After Irkutsk (see previous post) and the Baikal Lake (see previous post), one choice is to continue with the Transsiberian Railway to Vladivostok … or to deviate southwards towards Mongolia and Beijing. The train then changes name to the Transmongolian. After a five hours stop for customs on the Russian side of the border, another hour and half on the Mongolian side and a night’s travel, we reached the Mongolian capital Ulan Bator (Uulanbaatar, Oulan Baator… there seems to be many ways to spell it). The map below indicates the direction of the train and the places and areas in Mongolia (yellow ovals) visited during this trip.
A few words about Mongolia:
Mongolia has a total population of some 3 million in a country which is about three times bigger than France. At least one third of the population lives in the capital.
Mongolia is thus a large country, of course very small compared to the 13th century Mongolian Empire, the largest land empire in history, which then stretched from Poland to Korea, from Siberia to Vietnam and to the Persian Gulf. We all know about Genghis Khan. After his death, the Empire was divided into four, one of his grandsons made Beijing his capital and the Yuan dynasty ruled over China for about a century, until the Ming dynasty took over. After centuries of struggle, the present Mongolia came under Chinese control until the beginning of the 20th century. Struggles between China and Russia led finally in 1924, with what was called support from the Soviet Union, to the creation of the Mongolian People’s Republic (some 55.000 Soviet troops were present in Mongolia during the 1980’s), until the perestroika and glasnost made that in 1992 the “people’s republic” was dropped from the country’s name … and the Russians left.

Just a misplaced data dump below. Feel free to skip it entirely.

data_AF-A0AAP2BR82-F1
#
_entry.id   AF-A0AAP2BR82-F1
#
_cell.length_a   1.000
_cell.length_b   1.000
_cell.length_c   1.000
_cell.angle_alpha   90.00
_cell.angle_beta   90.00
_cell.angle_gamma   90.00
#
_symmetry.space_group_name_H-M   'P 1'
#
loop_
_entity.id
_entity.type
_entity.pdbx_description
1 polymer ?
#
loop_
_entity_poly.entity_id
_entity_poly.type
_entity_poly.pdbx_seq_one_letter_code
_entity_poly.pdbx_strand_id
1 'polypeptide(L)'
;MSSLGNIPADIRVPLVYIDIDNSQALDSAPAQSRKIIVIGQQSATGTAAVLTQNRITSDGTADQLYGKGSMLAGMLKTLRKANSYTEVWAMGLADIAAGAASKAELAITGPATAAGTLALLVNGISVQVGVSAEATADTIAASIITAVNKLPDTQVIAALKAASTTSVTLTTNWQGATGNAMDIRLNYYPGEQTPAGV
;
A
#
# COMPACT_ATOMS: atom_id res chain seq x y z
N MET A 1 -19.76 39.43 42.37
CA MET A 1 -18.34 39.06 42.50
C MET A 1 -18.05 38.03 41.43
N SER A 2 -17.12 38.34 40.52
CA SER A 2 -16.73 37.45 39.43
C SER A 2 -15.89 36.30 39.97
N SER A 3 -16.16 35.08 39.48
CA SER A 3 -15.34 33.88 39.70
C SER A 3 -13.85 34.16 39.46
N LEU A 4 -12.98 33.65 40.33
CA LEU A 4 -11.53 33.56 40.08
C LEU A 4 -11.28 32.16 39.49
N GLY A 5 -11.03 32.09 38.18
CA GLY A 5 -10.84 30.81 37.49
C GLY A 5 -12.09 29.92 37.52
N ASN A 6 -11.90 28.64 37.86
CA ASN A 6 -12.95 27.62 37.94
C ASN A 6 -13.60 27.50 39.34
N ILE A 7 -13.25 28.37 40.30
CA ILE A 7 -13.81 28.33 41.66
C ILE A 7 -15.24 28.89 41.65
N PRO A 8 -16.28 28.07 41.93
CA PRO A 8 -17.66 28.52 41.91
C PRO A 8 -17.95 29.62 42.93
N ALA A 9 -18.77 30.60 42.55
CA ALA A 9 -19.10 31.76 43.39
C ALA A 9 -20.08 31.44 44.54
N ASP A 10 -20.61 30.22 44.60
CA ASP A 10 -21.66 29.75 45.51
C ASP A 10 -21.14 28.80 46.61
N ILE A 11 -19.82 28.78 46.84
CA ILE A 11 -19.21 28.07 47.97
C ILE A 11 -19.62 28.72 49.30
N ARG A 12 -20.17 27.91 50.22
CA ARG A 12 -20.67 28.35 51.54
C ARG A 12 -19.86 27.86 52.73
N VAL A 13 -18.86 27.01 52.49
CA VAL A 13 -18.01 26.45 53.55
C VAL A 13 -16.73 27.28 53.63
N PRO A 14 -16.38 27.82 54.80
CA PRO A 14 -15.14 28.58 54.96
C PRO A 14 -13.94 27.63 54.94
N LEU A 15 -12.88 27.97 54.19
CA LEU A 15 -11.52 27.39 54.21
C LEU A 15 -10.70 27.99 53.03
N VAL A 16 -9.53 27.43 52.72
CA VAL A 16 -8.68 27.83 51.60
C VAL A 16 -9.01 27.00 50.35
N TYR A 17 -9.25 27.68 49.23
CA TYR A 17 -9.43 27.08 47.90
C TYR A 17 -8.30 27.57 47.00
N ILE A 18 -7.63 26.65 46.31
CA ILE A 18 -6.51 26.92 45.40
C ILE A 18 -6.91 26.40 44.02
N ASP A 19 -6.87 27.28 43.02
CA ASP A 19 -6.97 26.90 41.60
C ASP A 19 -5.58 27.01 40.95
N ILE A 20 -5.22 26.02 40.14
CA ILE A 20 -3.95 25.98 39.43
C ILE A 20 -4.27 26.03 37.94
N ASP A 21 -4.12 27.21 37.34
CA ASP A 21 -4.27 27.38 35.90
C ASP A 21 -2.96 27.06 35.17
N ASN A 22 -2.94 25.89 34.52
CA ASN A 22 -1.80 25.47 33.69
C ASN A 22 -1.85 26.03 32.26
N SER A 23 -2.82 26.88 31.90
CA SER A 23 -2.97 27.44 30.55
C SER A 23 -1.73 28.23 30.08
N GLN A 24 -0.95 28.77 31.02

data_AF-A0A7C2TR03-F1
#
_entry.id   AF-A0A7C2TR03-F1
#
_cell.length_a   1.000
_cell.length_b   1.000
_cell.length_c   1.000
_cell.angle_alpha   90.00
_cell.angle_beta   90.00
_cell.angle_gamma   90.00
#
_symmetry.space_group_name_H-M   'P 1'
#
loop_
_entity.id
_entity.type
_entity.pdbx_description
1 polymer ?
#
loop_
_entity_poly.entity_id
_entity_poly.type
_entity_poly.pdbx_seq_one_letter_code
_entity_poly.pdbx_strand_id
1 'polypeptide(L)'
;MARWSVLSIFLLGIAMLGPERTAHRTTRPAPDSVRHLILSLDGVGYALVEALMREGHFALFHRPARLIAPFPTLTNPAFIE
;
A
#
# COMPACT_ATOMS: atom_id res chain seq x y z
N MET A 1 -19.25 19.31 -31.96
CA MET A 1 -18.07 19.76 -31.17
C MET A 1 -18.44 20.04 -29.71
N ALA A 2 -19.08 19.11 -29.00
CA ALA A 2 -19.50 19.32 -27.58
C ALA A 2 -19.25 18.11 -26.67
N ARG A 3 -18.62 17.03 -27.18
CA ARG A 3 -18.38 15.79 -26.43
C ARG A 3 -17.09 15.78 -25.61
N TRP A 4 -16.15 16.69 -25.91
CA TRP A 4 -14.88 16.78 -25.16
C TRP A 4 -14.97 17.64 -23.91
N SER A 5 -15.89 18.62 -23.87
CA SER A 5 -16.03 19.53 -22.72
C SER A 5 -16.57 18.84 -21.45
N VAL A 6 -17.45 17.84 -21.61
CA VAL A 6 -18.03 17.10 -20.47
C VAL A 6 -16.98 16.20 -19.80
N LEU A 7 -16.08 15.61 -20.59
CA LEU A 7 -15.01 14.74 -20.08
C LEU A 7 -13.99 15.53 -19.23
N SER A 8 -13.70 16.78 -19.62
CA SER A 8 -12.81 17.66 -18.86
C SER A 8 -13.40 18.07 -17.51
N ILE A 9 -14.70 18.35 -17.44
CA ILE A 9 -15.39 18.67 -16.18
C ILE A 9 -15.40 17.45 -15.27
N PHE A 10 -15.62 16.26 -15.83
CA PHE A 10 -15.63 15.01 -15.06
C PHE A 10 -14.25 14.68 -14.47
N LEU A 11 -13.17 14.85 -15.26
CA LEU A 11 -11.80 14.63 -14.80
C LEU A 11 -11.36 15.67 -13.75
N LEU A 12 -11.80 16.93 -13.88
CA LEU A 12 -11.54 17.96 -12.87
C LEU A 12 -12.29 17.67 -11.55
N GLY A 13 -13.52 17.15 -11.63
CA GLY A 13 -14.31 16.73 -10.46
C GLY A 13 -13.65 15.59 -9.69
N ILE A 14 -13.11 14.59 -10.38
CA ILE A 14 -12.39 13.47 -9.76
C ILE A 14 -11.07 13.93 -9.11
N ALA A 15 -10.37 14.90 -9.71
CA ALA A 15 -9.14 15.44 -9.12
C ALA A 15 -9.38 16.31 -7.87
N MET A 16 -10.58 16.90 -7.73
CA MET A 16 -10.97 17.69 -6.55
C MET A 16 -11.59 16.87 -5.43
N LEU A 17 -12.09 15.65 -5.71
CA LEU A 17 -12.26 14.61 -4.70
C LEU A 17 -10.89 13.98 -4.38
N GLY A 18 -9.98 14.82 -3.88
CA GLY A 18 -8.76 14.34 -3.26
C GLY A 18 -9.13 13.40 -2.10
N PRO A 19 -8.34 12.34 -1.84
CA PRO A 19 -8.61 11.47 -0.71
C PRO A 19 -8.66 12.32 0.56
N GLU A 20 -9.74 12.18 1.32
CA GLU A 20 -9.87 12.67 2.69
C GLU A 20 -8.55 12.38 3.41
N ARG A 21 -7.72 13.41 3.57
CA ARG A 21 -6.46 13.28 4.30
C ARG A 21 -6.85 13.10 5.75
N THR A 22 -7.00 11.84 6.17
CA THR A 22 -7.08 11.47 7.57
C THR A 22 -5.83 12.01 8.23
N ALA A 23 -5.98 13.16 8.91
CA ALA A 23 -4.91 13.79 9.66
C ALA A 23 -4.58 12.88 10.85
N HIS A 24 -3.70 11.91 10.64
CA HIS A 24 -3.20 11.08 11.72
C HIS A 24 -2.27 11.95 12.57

If Mongolia is one of the most beautiful countries in the world, Ulan Bator is definitely not one of the most beautiful capitals and is also known as the coldest capital in the world. … But the people are nice and smiling - as all over the country. So, before some posts about other parts of Mongolia, a few words about and some pictures from its present capital, knowing that the Mongolian nomad way of living has meant that also the capital moved around during centuries. My pictures show that buildings are growing all over for a rapidly increasing urban population. If many of the Soviet influenced buildings remain they are now often painted; the Mongolians like colours. The central Sükhbaatar Square is dominated by the Parliament Building – with Genghis Khan sitting on a throne in the middle. Most Mongolians are Buddhists. If monasteries were more or less demolished during the Soviet era, the religious feelings seem today very present and strong. The Gandan Monastery in Ulan Bator is the largest in the country. To listen to a concert of throat singing and traditional music was a real pleasure.